Friday, November 27, 2009

Beginner mind

At a local business meeting, I won a short consultation with a speech coach. The timing was good, as I will soon be giving a short speech at a friend's significant birthday celebration.

I was a bit nervous about testing out my speech with the coach as I teach speech writing and oral presentations at the college level. What would the coach say about my skills? Do I really know what I'm talking about in the classroom or am I just a fraud?

I forged ahead, not wanting to mess up - at any level. I wrote a draft of the speech, I practised it a few times. I went to the appointment. And I experienced a huge rush of satisfaction from being in the student seat instead of the teacher seat with this topic.

What a relief and a joy to simply give myself over to an expert and receive her comments on my content and performance. The coach gave me her undivided attention and honoured me with a critique of my content and performance.

The result? I am more confident as I approach the giving of this particular speech. And, maybe more importantly, I have been reminded of the value of approaching an expert with 'beginner mind': go as a prepared and willing student, open yourself to critique, be vulnerable, sit tall in that student seat and receive the teaching of an other.

Sunday, November 15, 2009

Don't ditch that propane lantern!

We moved into our new cottage on a gorgeous weekend in mid-September and were already looking forward to having Thanksgiving there – more food, less work! Or so we thought.

We arrived late afternoon on the Friday. Slushy snow was on the deck and the weather was getting worse – like winter was arriving in October.

Although it wasn’t yet dark outside, it was dim inside the cottage, so I switched on the light to my left. Nothing happened. Oh, I thought. Maybe that switch doesn’t operate that light...And I tried another switch. Nothing. And nothing again in the living room. Every electrical item was off.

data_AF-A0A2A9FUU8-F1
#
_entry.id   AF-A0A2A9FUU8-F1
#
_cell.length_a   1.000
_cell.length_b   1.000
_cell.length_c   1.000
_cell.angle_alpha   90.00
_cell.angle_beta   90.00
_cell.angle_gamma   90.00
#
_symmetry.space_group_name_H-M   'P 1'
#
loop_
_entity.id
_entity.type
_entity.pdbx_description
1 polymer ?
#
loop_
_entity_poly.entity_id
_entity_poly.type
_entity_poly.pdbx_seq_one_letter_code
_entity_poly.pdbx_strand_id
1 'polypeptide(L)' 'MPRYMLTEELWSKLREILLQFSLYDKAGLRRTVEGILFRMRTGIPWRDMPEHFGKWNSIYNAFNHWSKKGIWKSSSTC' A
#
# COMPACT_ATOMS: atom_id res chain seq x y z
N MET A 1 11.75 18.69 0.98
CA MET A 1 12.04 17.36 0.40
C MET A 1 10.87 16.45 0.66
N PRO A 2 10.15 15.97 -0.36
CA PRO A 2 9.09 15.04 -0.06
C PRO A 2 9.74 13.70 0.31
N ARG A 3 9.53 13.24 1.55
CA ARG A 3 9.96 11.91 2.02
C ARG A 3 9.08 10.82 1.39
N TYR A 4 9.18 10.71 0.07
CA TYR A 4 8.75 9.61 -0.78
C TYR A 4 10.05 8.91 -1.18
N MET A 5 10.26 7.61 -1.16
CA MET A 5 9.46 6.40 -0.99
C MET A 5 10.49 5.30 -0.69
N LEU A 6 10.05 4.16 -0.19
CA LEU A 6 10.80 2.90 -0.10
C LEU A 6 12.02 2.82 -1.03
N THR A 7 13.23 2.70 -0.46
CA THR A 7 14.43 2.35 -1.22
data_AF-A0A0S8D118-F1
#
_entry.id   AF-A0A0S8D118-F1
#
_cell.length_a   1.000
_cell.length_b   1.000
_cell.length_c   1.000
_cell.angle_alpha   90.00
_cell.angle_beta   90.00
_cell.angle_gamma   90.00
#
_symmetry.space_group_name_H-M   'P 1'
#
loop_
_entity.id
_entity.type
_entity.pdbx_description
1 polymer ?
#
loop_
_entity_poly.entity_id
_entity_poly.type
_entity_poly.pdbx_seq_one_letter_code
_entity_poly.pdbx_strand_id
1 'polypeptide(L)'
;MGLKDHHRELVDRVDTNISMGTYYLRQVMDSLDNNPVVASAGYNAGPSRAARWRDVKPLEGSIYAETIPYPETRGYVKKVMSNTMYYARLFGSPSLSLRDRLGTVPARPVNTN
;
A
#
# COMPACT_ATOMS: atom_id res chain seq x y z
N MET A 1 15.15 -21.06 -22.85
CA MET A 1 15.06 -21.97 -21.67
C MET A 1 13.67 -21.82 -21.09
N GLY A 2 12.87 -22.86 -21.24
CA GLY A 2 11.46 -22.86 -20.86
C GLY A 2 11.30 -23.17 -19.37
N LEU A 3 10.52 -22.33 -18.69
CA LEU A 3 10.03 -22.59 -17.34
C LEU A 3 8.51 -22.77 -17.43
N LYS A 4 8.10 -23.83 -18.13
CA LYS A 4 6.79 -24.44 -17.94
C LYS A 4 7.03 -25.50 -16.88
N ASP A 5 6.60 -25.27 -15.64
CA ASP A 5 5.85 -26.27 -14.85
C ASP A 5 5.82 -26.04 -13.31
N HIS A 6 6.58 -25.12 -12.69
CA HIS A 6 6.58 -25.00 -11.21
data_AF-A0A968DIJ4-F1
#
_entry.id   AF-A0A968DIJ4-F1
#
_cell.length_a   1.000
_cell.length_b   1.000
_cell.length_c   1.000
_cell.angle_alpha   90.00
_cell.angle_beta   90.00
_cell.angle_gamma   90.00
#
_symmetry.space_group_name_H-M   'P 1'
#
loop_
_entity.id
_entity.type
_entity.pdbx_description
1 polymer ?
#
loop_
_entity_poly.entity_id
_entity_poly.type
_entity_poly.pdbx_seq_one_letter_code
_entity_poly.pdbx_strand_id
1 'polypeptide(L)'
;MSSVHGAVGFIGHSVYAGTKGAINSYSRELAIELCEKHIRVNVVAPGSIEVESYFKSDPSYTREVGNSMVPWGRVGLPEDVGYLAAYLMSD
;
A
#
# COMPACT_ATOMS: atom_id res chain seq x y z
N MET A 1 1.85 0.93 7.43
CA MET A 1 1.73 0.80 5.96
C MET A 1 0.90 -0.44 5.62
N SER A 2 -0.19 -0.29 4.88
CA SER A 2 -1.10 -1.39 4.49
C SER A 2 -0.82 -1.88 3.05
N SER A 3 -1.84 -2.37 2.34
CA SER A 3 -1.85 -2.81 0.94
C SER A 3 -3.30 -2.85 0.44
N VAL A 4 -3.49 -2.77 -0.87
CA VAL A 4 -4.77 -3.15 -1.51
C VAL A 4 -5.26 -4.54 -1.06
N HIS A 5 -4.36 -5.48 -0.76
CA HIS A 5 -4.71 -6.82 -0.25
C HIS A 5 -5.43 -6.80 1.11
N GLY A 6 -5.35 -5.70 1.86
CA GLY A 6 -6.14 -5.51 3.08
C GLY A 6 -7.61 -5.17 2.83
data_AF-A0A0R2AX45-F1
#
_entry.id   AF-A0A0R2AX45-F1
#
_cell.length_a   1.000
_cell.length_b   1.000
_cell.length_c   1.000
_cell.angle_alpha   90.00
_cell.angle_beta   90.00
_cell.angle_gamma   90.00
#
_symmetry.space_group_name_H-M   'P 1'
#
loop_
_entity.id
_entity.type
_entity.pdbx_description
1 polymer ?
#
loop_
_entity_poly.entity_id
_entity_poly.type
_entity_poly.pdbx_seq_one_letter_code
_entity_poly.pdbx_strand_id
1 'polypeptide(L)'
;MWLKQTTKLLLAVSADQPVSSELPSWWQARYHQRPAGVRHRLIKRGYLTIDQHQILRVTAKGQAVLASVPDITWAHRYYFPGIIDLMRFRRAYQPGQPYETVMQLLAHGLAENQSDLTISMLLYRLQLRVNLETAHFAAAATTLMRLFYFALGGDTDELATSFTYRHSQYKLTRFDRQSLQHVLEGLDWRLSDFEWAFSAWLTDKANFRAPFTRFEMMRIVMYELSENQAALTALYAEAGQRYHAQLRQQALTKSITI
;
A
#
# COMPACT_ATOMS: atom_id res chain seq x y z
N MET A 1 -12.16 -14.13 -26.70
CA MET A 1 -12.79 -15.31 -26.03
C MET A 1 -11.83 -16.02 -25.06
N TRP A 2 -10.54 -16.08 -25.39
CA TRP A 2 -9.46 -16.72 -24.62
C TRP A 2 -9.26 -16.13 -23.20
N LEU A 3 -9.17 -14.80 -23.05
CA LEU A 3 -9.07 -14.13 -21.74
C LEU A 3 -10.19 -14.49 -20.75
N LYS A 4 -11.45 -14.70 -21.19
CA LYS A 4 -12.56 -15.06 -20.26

Finally, it dawned on me. There’s no power!

No power, for us, meant no heat as we were relying solely on baseboards because we hadn’t yet been cleared by our insurance agency to use the fireplace. No power also meant no teakettle, no coffee maker, no stove or oven – and no phone, as ours is a cordless jobbie that needs plugging in.

Ah, this would be interesting.

It was too late to head back to the city, so we unpacked the car and, as we were going back and forth, a phone started ringing. Can’t be ours, I thought, as we have no power; must be the neighbour’s who didn’t appear to be up yet. But the noise persisted and Val, being the natural-born explorer she is, followed it into the old shed where the noise got louder.

Yup, you guessed it. There’s an old (and I mean old) phone in there, hardwired in and, despite its grimy state, as welcome a sight as any you can imagine. We weren’t entirely cut off! We phoned Hydro and learned a line was down and power would likely be out for a while.

Ah, this would be interesting.

We hauled out our trusty old 3-ring propane-powered cooktop from the back room and cooked up a proper dinner, which we ate by candle- and our jackets, toques and gloves. We left the dishes for morning in hopeful anticipation of power (and, thus, running water) and went to bed. Man, those sheets were cold!

The power flickered on briefly at around midnight, but did not stay on, so the cottage was just as cold in the morning, although it was bright...from all the snow outside! In fact, it looked like a winter wonderland: Inches of snow had fallen, but at least it wasn’t really cold.

I explored outside to discover trees laden with heavy snow arching over our driveway; getting out would be a challenge. Then I looked down the road and it was worse: trees were so weighed down that the road was impassable. For better or worse, we were here to stay – at least for a while.